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In Cannes, end-of-life chronicles, from fiction to reality

PLAN 75 **

by Yakawa Chie

MORE THAN EVER ***

by Emily Atef

Official selection – Un certain regard

In a Japan confronted with the strong aging of its population which puts a strain on its economy and its budget, the authorities, to put an end to a cycle of violence against the elderly, passed a law, “Plan 75”, which legitimizes the euthanasia from the age of 75. Given the success of this measure, it will soon apply from the age of 65.

The precariousness and dependence of seniors encourage them to enroll as soon as possible in the government program which helps them to take the plunge and accompanies them. Young counselors converse with them by telephone (fifteen minutes maximum per call) and tell them all the ways to get to the centers where they will be sent. ad patres. A substantial bonus is even paid to them so that they can enjoy their last days. They are strongly encouraged to opt for “collective burials”.

Affects, grains of sand in the administrative machine

This realistic fable is still only a fiction, a work perhaps of slight anticipation. Nothing prevents us from thinking that in the near future governments overwhelmed by this demographic shift, without solution, will come to build similar measures in the name of budgetary balance. Of course, not everything runs so smoothly. The zeal of young civil servants collides with reality. In contact with elders, they cannot put aside their affects indefinitely and only obey the imperative of efficiency. As soon as they attach themselves, in spite of themselves, to such and such a case, there a single 78-year-old woman, there an old uncle lost sight of who reappears to end it, feelings become the grain of sand in the beautiful oiled machine where everything takes place in new-tech, transparent and gleaming decors.

For her first production, the Japanese filmmaker Yakawa Chie strikes hard and hits the mark with this film torn between administrative coldness, bureaucratic rigor, and the melancholy delicacy of these old people, alone and neglected, who are pushed prematurely towards the door of out of existence. There is mingled with this chronicle of methodical inhumanity a touch of poetry, very Japanese, associated with the contemplation of nature, the flight of birds, the sunrises and the eternal return of the seasons which those who must renounce whose society decrees that they have had their day.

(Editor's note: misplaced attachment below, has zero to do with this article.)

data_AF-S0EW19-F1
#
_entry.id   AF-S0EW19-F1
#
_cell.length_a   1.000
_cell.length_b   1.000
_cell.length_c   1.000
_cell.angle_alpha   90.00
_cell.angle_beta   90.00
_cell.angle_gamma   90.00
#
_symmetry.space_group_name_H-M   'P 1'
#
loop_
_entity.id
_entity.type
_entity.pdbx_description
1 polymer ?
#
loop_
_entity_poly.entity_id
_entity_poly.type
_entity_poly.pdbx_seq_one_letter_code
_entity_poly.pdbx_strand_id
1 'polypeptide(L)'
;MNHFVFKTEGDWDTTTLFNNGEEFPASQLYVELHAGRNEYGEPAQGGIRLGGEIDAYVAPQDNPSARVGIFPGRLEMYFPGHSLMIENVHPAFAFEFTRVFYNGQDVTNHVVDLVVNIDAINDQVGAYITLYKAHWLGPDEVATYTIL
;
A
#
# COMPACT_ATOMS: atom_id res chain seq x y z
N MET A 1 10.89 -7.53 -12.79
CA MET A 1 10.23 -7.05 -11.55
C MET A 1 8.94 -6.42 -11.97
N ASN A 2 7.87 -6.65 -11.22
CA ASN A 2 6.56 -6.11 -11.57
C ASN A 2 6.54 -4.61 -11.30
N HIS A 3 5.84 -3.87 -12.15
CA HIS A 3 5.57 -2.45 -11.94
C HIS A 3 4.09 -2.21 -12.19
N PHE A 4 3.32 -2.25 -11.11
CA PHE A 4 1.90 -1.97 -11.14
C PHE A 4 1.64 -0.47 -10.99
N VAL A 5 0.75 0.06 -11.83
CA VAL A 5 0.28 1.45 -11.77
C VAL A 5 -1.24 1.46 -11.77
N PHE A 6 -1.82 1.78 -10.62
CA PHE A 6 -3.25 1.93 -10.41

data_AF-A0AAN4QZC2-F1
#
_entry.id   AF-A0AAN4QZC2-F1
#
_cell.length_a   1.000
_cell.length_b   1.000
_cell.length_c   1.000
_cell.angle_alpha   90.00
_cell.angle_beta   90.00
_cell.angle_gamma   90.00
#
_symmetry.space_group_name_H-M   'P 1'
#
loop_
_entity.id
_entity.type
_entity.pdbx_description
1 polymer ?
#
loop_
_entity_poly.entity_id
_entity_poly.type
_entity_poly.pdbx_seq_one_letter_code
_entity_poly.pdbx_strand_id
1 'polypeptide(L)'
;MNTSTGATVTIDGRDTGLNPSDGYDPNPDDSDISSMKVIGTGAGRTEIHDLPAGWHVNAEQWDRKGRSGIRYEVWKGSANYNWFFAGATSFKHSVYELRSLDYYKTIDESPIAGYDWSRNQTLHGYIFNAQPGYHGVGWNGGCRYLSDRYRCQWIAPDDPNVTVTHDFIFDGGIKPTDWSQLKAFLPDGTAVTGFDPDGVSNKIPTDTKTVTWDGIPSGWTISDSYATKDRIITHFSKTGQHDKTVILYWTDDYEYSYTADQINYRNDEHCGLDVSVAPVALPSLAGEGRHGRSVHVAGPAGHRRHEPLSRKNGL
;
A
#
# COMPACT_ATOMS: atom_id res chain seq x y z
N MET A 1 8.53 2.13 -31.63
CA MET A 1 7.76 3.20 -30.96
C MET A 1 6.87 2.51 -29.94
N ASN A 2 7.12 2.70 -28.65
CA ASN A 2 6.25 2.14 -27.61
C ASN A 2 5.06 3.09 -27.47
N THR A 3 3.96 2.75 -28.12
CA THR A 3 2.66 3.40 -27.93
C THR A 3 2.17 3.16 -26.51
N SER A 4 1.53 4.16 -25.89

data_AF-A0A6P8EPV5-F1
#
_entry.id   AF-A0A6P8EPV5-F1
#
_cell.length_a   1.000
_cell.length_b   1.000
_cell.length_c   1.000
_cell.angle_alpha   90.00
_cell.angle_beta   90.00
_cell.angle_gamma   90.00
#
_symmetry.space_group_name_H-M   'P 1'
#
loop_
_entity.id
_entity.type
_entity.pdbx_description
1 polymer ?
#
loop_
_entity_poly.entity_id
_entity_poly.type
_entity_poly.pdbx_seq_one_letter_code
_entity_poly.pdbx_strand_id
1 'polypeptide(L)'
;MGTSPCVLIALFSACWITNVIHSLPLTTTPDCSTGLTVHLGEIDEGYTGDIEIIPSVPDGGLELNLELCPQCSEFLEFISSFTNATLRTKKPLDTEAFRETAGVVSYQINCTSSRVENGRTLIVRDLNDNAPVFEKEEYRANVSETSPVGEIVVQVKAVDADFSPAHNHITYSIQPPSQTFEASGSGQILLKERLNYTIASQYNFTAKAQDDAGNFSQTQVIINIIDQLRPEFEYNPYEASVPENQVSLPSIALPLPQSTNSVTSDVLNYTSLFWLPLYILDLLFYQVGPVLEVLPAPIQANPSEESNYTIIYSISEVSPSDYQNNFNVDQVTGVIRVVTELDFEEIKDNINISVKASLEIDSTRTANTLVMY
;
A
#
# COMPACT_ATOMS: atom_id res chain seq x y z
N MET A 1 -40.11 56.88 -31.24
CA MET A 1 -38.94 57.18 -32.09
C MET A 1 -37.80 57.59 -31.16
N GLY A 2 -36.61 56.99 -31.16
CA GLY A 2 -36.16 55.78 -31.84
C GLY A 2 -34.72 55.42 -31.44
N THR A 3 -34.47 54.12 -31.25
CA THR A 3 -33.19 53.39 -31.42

Another end-of-life chronicle, More than ever, by Emily Atef, caused a stir for a reason other than its purpose. The film follows the last weeks of a young thirty-year-old from Bordeaux (Vicky Crieps), suffering from cancer, waiting for a hypothetical lung transplant, with such hypothetical results. Hélène rebels against the embarrassed gaze of her friends, their embarrassment in front of her, the eagerness of her husband (Gaspard Ulliel) to want to protect her. She would like to be considered as if nothing had happened but this requirement is impossible to satisfy, neither for the others, nor for her. Nothing is the same anymore.

Another Superimposed Drama

To “get some fresh air”, “breathe again”, she flees to a fjord in Norway, her dream since forever, without her husband, hosted by an old man who has experienced the same pangs and has told them, in his own way. , on a blog that Internet users have spotted. The patients, in search of information, in search of moral support, search the Web a lot. Delivered to the beauty of nature, Hélène decides to abandon herself to the inevitable, to stop fighting, to the despair of her husband who ends up joining her in an attempt to prevent her from giving in to this renunciation.

This very beautiful inner journey, all in delicacy, in repressed pain, in battered courage, is filmed with great restraint, finesse on the path of the disease, with its maddening chasms and its episodic remissions which suggest that the evil has given up to his disastrous task. But on this story where it is easy to project oneself appears, superimposed, another drama, very real this one.

Shot last summer, this is the last film by Gaspard Ulliel, who died at the age of 37 in a mountain accident last January. He bursts with life, especially in beautiful and modest love scenes where the beauty of his body, still in full youth, shines on the big screen. From then on, another film, more tragic, is superimposed in the mind of the spectator: that of this shattered destiny, of this shooting star. The gaze no longer lets go of this post-mortem appearance. We know and he, Gaspard Ulliel, does not know that he will disappear a few months later. Disturbing cinematic experience that always brings the dead to life.

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